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04CARACAS3077 2004-10-01 11:55:00 CONFIDENTIAL Embassy Caracas
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1. (C) Venezuelan opposition party Primero Justicia withdrew
from the Coordinadora Democratica September 24. Lines of
cooperation among groups opposed to President Hugo Chavez
have been reduced to documenting fraud claims related to the
referendum, negotiating with the National Electoral Council
(CNE) for the October 31 elections for governors and mayors,
and selecting unified candidates to face pro-Chavez
candidates in those elections. End summary.


Primero Justicia Separates from the Coordinadora



2. (U) Leaders of the opposition political party Primero
Justicia (PJ) announced September 24 the party had withdrawn
from the Coordinadora Democratica. PJ leader Julio Borges
told reporters the Coordinadora had done a respectable job in
reaching the recall referendum against President Hugo Chavez.
He said it is now time for PJ to leave the opposition
alliance and build a political party that offers a viable
alternative to Venezuelans. The 34-year-old Borges said PJ
hopes to facilitate a "generational change" in political
leadership in Venezuela.

3. (C) PJ Secretary General Jose Luis Mejias told poloff
September 29 PJ's post-referendum strategy is to go into the
poor neighborhoods and make inroads into Chavez's support
base. In an effort to dispel PJ's image as a right-wing
party of young rich urbanites, Mejias said PJ would open the
party to other sectors of Venezuelan society. He
specifically mentioned the possibility that Causa R, led by
former presidential hopeful and labor activist Andres
Velasquez, might join with PJ. (Velasquez and Alianza Bravo
Pueblo's Antonio Ledezma separated from the Coordinadora just
days before (ref a).) Mejias said PJ is not focused on the
October 31 elections for governors and mayors as PJ has only
a handful of likely winners. He said PJ is instead more
focused on the 2005 National Assembly elections and on
fielding a candidate to challenge President Chavez in 2006.


Death Rites For the Coordinadora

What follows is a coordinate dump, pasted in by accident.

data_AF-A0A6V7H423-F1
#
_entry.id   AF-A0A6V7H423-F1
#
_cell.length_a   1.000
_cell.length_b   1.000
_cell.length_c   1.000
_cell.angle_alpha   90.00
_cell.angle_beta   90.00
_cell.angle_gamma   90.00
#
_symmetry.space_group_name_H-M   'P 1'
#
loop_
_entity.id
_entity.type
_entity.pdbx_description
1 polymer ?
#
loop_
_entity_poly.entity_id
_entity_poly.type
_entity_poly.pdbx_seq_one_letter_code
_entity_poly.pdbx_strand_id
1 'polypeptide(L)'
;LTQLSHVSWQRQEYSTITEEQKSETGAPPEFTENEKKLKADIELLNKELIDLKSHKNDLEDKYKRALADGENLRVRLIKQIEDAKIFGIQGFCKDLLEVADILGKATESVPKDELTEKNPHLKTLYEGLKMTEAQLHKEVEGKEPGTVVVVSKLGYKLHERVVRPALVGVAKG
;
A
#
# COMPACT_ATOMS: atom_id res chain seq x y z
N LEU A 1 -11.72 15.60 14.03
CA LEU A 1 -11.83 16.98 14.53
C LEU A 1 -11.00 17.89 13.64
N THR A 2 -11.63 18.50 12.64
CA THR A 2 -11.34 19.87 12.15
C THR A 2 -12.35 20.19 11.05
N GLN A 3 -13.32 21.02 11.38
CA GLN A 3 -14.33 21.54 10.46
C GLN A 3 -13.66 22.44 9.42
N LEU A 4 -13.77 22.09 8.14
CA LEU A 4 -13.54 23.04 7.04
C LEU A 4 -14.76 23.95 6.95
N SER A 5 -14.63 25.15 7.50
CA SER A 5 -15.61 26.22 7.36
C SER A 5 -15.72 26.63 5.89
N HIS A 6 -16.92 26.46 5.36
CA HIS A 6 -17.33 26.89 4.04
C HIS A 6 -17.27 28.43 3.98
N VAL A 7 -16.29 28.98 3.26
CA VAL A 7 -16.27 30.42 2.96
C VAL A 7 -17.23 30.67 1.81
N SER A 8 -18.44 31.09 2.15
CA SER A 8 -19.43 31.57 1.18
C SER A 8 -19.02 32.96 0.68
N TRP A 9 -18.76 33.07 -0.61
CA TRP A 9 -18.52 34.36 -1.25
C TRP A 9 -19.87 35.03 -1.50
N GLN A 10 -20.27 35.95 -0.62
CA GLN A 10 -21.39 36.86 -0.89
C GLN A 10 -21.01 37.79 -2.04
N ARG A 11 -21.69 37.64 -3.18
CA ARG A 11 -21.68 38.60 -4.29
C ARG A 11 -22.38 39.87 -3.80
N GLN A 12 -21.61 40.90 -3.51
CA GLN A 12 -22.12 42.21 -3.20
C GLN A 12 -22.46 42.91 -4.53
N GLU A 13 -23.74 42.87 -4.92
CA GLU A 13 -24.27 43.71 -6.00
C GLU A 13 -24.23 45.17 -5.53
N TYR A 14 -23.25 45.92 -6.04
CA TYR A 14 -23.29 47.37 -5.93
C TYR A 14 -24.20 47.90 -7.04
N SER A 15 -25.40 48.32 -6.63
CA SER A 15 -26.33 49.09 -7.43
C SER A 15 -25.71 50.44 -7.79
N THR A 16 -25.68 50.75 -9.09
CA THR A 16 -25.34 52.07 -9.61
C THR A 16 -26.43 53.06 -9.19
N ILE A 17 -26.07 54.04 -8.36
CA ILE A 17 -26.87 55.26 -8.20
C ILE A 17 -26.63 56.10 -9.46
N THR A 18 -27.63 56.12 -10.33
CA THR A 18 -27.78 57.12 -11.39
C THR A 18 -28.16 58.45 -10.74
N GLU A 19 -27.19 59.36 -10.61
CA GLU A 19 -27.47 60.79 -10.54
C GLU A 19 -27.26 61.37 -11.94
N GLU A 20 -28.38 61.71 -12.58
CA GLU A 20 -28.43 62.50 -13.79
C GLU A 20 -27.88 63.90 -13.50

4. (C) Mejias described PJ's departure from the Coordinadora
as a political necessity. He said the Coordinadora was
"practically dead" and no longer served PJ's interests. He
added that Accion Democratica and Proyecto Venezuela had also
quit the Coordinadora though without fanfare. Mejias said
only three areas of cooperation currently among opposition
groups remain. First, the secretaries general of opposition
parties continue to meet regularly to work out single
opposition candidacies to face pro-Chavez candidates in the
regional elections. Mejias was pessimistic on this point,
however, saying there is no political will to consolidate
candidacies. Second, opposition governors and mayors
continue their common negotiation with the National Electoral
Council (CNE) to secure acceptable conditions for the
regional elections. Third, a diverse team of experts,
including PJ representatives, will continue to work with
Tulio Alvarez to pursue fraud charges related to the recall
referendum (ref b). Mejias added that the Coordinadora's
political committee, composed of parties and NGOs, has ceased
to hold meetings.

5. (C) In a lunch with Coordinadora representatives Juan
Fernandez (Gente de Petroleo), Daniel Thiman (an aide to
Miranda State Governor Enrique Mendoza), and Amado Dounia (an
electoral expert with the COPEI party), Fernandez expressed
great disappointment in the Coordinadora. He said the
Coordinadora had become "nothing" and lamented that many
groups had forsaken opposition unity to serve their own
interests. Fernandez said he was not in agreement with
Mendoza's decision to hand control of the Coordinadora over

to Pompeyo Marquez, whom he described as "an old man" who
lacks vision. Thiman criticized the MAS party and its
associated NGOs as "a bunch of leftists" who practically
joined the government by giving in after the referendum.

6. (C) Fernandez, who has been attending assemblies
throughout Venezuela of his organization's membership, said
he saw little cooperation among opposition groups in the
country's interior and predicted they would lose
overwhelmingly in the regional elections. He asserted that
Chavez is already trying to build a "Chavista-lite"
opposition, financed indirectly by the GOV, to contend with
Chavez's traditional opponents and play the part of a loyal




7. (C) The passing of the referendum eliminated the cohesive
force that maintained unity with the Coordinadora. Parties
with a wisp of political future are protecting their
interests by participating in the elections while others
(mostly opposition NGOs) are attributing to themselves the
moral high ground and withdrawing, for now, from the scene.
The result for the time being is the re-fragmentation of the
opposition. Primero Justicia is the first major party to
leave the Coordinadora. PJ has always fancied itself as a
"party of the future" and so it is not surprising it would
not linger around the political corpse of the Coordinadora.
The party faces a challenge, however, to shed its yuppie
image and cast itself as an organization with popular roots.